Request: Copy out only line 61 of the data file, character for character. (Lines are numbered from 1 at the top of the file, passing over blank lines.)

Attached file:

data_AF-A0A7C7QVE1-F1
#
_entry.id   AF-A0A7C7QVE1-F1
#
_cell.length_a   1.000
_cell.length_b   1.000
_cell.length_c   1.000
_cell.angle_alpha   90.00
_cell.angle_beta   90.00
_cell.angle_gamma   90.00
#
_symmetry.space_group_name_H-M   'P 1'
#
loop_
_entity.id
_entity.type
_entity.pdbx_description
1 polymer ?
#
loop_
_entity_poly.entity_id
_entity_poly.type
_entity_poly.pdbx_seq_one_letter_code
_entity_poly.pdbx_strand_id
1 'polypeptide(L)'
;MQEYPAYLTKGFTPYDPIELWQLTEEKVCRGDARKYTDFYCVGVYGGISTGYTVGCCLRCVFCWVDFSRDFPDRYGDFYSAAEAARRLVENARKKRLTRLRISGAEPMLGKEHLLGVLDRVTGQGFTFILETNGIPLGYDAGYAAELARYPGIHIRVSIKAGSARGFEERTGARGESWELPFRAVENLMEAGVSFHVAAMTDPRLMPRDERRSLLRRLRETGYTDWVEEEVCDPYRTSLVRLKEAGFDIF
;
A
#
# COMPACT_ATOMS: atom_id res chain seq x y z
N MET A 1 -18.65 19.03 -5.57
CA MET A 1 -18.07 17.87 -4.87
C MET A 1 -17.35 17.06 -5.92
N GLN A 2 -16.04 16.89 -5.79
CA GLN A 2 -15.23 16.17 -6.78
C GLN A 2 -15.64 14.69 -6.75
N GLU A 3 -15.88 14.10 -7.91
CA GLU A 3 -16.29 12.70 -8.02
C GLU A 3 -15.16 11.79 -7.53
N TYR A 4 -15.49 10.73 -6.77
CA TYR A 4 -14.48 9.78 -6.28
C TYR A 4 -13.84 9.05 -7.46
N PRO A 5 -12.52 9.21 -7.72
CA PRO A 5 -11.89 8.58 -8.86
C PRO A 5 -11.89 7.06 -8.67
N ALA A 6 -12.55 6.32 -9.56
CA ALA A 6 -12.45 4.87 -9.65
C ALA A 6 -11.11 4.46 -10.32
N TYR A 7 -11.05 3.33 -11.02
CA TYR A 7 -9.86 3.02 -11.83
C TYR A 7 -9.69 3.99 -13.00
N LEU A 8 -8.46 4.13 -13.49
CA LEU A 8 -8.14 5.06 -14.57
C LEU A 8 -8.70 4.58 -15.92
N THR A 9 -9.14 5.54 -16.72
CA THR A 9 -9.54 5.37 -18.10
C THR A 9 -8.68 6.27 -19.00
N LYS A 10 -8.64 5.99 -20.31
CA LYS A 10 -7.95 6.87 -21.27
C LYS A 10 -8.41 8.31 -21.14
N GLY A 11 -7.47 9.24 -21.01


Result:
N GLY A 11 -7.47 9.24 -21.01